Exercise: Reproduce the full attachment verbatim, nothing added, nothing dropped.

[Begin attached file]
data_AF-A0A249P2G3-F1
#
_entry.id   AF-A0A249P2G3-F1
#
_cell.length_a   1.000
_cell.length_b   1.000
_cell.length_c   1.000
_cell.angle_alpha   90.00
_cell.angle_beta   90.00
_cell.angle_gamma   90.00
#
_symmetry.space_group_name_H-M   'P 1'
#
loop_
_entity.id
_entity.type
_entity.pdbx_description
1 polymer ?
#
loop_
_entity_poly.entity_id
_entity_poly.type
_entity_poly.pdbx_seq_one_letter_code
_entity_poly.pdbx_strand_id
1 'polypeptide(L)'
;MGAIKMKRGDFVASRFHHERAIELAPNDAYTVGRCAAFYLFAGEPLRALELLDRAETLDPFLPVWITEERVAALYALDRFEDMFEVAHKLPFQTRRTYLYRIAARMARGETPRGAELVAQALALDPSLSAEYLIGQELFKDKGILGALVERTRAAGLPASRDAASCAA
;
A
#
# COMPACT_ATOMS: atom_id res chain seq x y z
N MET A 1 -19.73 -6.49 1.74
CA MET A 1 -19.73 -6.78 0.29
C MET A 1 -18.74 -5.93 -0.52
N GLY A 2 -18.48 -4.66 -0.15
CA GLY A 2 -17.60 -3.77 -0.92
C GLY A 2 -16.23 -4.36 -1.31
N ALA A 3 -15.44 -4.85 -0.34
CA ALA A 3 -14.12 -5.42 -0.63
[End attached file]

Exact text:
data_AF-A0A249P2G3-F1
#
_entry.id   AF-A0A249P2G3-F1
#
_cell.length_a   1.000
_cell.length_b   1.000
_cell.length_c   1.000
_cell.angle_alpha   90.00
_cell.angle_beta   90.00
_cell.angle_gamma   90.00
#
_symmetry.space_group_name_H-M   'P 1'
#
loop_
_entity.id
_entity.type
_entity.pdbx_description
1 polymer ?
#
loop_
_entity_poly.entity_id
_entity_poly.type
_entity_poly.pdbx_seq_one_letter_code
_entity_poly.pdbx_strand_id
1 'polypeptide(L)'
;MGAIKMKRGDFVASRFHHERAIELAPNDAYTVGRCAAFYLFAGEPLRALELLDRAETLDPFLPVWITEERVAALYALDRFEDMFEVAHKLPFQTRRTYLYRIAARMARGETPRGAELVAQALALDPSLSAEYLIGQELFKDKGILGALVERTRAAGLPASRDAASCAA
;
A
#
# COMPACT_ATOMS: atom_id res chain seq x y z
N MET A 1 -19.73 -6.49 1.74
CA MET A 1 -19.73 -6.78 0.29
C MET A 1 -18.74 -5.93 -0.52
N GLY A 2 -18.48 -4.66 -0.15
CA GLY A 2 -17.60 -3.77 -0.92
C GLY A 2 -16.23 -4.36 -1.31
N ALA A 3 -15.44 -4.85 -0.34
CA ALA A 3 -14.12 -5.42 -0.63